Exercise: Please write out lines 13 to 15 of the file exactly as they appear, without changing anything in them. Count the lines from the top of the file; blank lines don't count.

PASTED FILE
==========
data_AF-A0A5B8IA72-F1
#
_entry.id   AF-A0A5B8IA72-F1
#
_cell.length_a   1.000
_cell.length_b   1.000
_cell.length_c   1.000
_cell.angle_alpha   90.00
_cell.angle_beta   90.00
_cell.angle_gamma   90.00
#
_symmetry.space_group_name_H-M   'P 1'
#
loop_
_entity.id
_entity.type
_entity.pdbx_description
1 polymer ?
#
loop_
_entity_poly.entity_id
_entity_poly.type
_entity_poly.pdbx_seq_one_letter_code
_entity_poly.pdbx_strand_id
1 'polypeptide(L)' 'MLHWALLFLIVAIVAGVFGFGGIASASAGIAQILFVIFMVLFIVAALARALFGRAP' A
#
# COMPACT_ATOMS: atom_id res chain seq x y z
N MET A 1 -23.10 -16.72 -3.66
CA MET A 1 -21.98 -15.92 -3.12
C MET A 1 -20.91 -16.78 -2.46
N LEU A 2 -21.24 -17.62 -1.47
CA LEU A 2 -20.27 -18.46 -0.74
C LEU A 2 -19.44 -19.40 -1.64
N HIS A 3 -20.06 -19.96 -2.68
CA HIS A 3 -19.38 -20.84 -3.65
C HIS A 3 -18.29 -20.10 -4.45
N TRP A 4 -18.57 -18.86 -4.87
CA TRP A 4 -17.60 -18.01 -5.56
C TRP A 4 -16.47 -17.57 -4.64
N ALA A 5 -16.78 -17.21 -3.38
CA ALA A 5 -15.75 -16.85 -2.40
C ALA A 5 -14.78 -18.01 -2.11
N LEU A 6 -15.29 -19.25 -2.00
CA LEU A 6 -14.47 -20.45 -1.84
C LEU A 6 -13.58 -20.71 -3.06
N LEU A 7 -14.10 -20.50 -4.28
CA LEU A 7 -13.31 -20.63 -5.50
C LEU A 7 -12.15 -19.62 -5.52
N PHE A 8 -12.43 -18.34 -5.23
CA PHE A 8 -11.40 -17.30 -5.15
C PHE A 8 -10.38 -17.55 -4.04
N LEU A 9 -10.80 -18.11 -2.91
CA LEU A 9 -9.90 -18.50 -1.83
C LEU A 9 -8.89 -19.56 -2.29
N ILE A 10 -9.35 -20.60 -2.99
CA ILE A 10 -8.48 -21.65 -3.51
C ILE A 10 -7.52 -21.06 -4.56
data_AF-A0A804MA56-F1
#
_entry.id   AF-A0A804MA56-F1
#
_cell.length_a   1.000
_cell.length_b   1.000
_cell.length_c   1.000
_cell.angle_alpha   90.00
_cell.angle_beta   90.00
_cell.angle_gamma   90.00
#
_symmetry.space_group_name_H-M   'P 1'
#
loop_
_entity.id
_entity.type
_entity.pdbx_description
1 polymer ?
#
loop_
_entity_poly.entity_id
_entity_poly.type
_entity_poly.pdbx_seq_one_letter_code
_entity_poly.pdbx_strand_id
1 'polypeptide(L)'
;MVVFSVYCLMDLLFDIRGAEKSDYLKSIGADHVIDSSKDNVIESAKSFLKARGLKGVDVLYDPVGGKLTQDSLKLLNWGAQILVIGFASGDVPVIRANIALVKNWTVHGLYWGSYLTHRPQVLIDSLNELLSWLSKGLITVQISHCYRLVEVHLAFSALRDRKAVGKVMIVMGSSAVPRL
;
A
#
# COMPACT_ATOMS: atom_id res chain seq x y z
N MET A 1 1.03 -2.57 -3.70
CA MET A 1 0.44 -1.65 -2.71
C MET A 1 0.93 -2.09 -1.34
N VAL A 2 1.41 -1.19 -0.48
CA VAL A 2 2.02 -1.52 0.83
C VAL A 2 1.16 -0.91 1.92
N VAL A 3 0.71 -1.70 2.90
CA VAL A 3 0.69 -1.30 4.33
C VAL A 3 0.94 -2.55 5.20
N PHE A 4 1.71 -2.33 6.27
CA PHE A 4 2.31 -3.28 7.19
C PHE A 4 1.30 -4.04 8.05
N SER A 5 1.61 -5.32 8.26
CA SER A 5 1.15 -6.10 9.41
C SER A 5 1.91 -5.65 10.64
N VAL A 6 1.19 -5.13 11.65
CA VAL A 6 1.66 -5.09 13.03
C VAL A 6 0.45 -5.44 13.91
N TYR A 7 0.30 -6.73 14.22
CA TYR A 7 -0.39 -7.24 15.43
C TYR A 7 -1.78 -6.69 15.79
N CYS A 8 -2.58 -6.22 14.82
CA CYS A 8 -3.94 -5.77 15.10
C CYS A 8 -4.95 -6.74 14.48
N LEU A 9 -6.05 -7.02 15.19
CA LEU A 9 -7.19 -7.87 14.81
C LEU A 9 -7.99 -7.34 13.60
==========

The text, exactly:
#
loop_
_entity.id